Human Zoos were public exhibits of humans as if they were animals, very popular between the 19th and 20th centuries in Europe and the United States.
During those years, colonialism in Europe was at its highest point, and due to the curiosity of some Europeans to see what the inhabitants of the overseas colonies were like, the Human Zoos were created, which showed people from Africa, America, Asia and Oceania in recreations of their places of origin so that Europeans could see their behaviors, as if they were animals. Apart from indigenous peoples, Human Zoos also occasionally included people with fictional disabilities or Europeans who practiced a lifestyle considered more primitive.
In most cases, Europeans kidnapped people from other countries or made deals or exchanges with people to give them indigenous or people with disabilities.
Upon arrival in Europe, people were introduced to recreations of their original habitats and forced to entertain the public visiting the zoos. On many occasions, zoo owners forced people to engage in behaviors that did not originate from them (for example, some Australian Aborigines were forced to behave like cannibals). Also, zoo owners tended to mistreat and humiliate people, with torture, racism, and sexual harassment.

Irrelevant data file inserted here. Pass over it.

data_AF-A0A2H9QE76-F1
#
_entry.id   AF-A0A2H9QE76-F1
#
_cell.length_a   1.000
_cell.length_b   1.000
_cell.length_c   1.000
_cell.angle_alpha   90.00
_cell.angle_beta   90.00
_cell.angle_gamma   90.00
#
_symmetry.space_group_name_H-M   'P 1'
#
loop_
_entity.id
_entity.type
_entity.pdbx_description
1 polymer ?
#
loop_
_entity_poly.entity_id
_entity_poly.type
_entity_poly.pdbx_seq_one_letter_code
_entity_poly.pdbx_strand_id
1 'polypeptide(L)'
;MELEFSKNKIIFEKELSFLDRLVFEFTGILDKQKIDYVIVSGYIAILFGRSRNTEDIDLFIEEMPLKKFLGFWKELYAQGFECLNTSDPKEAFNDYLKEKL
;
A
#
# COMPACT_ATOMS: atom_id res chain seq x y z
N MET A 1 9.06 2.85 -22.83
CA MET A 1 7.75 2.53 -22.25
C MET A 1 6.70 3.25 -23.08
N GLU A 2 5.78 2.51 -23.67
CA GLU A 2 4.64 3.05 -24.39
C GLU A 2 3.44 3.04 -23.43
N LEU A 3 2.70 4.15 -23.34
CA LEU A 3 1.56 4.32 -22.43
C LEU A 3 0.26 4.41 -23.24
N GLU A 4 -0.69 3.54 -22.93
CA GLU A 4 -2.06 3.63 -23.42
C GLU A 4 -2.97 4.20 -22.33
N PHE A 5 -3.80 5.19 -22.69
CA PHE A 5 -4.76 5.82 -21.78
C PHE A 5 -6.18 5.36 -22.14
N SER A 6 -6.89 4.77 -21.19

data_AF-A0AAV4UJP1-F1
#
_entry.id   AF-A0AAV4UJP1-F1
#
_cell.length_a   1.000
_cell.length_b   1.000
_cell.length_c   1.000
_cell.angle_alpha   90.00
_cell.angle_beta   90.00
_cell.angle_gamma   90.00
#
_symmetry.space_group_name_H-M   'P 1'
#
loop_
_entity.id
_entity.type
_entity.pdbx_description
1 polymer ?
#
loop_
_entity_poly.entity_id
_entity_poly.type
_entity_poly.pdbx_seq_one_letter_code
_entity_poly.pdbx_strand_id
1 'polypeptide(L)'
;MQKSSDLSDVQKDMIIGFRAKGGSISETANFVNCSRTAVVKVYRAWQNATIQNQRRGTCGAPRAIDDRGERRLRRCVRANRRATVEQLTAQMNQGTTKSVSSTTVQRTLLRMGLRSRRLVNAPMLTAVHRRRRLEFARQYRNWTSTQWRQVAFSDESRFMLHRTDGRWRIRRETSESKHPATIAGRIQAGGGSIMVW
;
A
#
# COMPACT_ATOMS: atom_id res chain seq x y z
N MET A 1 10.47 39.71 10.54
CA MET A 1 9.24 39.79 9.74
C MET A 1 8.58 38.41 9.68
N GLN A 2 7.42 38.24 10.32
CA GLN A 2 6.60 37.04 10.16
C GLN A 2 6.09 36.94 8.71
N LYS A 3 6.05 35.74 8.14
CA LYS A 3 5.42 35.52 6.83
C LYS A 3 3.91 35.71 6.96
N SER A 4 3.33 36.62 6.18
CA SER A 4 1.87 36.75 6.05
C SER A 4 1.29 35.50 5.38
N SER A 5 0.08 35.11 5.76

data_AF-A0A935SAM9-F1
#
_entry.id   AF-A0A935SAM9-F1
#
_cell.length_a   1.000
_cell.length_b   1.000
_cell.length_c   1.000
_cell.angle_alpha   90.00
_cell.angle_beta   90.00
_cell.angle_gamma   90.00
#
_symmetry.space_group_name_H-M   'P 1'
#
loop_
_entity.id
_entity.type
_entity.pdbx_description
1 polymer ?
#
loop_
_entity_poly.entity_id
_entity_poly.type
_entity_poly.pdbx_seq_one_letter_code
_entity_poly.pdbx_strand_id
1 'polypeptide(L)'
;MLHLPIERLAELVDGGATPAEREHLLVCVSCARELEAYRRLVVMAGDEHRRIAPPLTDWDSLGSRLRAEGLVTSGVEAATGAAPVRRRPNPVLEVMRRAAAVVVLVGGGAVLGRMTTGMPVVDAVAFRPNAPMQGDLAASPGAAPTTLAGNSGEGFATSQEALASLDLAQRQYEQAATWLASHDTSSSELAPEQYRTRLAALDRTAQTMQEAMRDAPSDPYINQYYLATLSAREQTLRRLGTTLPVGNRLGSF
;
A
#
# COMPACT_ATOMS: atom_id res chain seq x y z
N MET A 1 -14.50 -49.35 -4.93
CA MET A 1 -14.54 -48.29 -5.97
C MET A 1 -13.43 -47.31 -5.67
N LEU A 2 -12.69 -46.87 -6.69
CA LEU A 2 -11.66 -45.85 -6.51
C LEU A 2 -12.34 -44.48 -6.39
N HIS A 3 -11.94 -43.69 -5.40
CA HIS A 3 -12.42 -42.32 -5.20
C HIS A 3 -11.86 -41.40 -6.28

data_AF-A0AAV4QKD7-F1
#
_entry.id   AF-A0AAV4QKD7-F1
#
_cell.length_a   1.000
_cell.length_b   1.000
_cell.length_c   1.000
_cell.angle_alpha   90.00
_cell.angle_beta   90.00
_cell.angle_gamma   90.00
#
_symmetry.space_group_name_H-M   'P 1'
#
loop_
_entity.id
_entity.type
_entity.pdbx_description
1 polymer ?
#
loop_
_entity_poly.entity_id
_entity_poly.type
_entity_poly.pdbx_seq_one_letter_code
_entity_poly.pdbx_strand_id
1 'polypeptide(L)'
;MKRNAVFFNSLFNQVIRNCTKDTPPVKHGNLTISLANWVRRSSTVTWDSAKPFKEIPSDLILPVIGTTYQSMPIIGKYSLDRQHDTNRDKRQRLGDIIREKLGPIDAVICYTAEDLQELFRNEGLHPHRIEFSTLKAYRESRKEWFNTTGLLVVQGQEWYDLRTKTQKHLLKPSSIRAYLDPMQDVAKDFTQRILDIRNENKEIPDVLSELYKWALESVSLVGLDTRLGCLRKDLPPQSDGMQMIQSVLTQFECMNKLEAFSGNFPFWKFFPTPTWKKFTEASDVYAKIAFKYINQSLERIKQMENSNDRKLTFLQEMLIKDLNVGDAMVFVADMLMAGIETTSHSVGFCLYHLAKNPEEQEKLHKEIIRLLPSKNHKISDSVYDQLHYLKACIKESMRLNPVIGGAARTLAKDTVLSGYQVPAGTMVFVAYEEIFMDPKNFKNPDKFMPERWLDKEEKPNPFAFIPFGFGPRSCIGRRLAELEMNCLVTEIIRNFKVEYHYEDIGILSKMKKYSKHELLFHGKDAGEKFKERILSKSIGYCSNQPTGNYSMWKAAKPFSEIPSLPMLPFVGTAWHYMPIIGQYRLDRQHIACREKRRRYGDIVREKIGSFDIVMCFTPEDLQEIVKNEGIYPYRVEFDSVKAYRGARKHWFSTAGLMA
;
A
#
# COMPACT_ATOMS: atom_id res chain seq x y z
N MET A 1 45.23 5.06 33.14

According to some people, the function of these human zoos was to show the supremacy of Europeans over other peoples, in addition to serving as support for colonialism and encouraging racism.